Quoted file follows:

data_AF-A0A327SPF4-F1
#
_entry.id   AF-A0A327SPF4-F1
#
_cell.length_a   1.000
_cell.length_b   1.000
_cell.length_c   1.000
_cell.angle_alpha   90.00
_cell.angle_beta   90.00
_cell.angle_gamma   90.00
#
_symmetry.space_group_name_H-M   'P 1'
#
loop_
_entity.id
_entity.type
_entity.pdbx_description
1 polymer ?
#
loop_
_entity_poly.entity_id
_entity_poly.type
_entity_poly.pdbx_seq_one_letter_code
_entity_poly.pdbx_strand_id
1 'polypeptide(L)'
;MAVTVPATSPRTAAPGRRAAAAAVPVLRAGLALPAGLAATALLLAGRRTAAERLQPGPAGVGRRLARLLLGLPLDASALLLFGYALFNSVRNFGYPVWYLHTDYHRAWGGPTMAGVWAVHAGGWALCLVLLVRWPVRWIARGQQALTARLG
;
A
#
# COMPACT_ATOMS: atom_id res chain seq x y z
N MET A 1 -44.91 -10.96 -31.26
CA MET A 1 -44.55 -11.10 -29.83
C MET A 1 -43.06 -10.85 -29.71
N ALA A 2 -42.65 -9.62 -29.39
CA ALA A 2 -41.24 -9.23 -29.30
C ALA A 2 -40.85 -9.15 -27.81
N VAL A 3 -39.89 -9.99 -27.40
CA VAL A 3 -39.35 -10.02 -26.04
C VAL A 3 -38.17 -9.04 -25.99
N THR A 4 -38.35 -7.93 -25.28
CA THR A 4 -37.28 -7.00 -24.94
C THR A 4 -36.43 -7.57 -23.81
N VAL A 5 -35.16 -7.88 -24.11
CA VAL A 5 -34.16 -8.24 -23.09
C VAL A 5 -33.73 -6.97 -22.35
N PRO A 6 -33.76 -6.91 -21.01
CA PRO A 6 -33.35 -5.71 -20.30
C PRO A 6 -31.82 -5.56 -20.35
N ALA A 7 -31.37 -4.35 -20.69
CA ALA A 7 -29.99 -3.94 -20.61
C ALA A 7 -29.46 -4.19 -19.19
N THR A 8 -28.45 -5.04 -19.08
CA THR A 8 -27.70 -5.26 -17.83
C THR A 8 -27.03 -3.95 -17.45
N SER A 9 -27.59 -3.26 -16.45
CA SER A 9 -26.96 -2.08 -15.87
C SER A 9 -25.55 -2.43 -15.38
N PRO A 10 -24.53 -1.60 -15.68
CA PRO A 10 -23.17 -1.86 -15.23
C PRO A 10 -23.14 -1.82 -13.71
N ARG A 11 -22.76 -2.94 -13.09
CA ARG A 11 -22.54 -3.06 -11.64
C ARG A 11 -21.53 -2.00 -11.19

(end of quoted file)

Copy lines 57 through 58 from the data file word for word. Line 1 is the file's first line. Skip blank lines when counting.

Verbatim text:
C SER A 9 -25.55 -2.43 -15.38
N PRO A 10 -24.53 -1.60 -15.68